Brexit delays creating obstructions in property markets

Brexit delays creating obstructions in property markets

04 Apr 2019

London real estate provided one of the most dependable long-term growths till 2014, where the experts believe the uncertainty around the Brexit led to a decline in property transactions by 14 percent in the city in 2018, and the transactions were 20 percent down in the last 4 years. The market is stagnated but property values would be sustained even after Brexit due to the continued ability of the buyers to borrow money.  Even though there has been a decline in price in London, it is still the most expensive place to own a house with an average price at £472,000.

Foreign investment fell to the lowest since the first quarter of 2016 in the last three months as per Definitive data, mainly, over the uncertainty of the EU – UK exit. Since 2009, foreign investment in the real estate was at least $6.4 billion that grew to $22 billion in 2014 but declined after the Brexit vote to $15.9 billion.    The main stamp duty reform was introduced in 2014-2015, and it has been one of the obstacles that resulted in a drop in investment. Since the introduction of main stamp duty, the investment decreased over 20 percent, and with Brexit announcement, it further resulted in a slump in transactions.

New buyer queries declining

A London based real estate company said a huge drop in properties put up for sale can be seen. RICS data find the new buyer inquiries in February declined for 6 months, and the average time is taken to sell reached new highs of 19.4 weeks. The buyers who were expected to invest in real estate are staying longer in rental accommodations. Brexit is not behind the decline in price but Brexit delays and unpredictability have been creating stagnation in the market, where the number of renewals in rental agreements has increased.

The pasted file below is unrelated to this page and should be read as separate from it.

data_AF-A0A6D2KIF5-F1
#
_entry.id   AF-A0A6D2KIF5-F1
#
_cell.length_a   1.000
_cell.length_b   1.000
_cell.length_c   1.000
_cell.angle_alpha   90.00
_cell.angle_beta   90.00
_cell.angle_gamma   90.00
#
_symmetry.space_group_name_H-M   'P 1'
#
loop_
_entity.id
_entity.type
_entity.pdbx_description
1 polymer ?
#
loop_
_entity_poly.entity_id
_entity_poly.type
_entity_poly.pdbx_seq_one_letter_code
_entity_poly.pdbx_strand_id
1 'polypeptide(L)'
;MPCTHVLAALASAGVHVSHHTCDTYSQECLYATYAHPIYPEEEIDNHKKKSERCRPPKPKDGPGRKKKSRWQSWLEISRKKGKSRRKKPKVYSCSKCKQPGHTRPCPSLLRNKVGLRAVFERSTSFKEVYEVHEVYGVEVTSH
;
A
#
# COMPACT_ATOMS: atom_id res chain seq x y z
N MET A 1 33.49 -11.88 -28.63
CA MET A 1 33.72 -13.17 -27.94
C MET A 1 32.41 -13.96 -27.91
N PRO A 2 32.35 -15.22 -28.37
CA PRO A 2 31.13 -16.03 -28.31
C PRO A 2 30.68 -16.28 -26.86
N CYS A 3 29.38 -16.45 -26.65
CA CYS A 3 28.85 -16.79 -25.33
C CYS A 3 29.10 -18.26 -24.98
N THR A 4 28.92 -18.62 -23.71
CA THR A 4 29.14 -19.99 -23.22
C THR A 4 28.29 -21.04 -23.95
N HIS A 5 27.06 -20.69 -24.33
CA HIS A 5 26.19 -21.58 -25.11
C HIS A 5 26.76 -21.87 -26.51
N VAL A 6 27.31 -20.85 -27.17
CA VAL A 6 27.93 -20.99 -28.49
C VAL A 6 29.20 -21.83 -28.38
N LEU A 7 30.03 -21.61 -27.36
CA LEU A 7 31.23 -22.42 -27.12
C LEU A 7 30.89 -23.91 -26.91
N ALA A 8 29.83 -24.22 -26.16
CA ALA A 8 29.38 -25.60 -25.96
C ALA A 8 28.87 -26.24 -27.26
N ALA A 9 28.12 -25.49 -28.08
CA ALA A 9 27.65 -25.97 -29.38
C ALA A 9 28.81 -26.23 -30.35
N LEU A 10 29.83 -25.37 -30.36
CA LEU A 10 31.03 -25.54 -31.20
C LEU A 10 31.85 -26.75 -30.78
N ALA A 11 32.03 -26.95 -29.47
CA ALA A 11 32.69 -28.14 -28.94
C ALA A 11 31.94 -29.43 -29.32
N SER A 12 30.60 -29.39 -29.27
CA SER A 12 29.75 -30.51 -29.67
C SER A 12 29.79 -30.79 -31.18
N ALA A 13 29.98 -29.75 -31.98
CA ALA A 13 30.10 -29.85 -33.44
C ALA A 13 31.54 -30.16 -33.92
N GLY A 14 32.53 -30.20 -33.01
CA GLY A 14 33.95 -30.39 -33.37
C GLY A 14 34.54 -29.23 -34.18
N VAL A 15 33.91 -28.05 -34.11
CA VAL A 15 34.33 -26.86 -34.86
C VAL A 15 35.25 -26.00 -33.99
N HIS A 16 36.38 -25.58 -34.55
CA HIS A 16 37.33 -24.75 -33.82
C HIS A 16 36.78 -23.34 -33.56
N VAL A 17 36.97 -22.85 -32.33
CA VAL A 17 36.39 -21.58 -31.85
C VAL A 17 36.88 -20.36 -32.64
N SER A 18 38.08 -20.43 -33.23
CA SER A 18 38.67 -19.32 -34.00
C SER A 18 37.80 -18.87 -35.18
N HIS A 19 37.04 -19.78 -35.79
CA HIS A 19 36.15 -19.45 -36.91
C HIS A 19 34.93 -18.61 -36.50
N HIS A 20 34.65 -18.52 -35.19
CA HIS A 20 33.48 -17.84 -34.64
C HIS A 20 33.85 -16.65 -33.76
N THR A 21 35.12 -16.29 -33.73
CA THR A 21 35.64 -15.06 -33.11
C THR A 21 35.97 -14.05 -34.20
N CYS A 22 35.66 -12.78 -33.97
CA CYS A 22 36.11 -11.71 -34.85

Price in Scotland and Ireland increased on higher demands

The price in Wales increased 4.6 percent in the year to January and in Northern Ireland, it increased 5.5 percent, while, the Scotland prices increased 1.3 percent to £149,000. The price in the Scotland capital is up 7.6 percent on an annual basis, down by almost 10.6 percent at the end of 2018, and Scotland remains to be one of the fastest growing cities in Europe as per Knight Frank latest index.

In Edinburg, the price of family homes continue to grow at the rate of 9.2 percent y-o-y, and the price of flats was 5.1 percent up on a y-o-y basis. The growth in the Edinburg property market is driven by insufficient supply and growing demand, where a number of prospective buyers are waiting for the Brexit conclusion. The delays in Brexit have slowed down activities, creating hesitation even for the second home buyers. The landlords want to gain further clarity on the impact of Brexit before reaching a decision.

The highest decline in the listing of properties in Edinburg can be found where the properties are priced more than £500,000.

Prices to gain in post-Brexit phase

A recent survey of RICS find Brexit to be the main obstacle for the market where more than 75 percent of the real estate agents find the uncertainties have been holding back buyers and sellers, although, the experts also state the market is stable and the prices will not spike up immediately on Brexit resolution but may gain in the post-exit phase.

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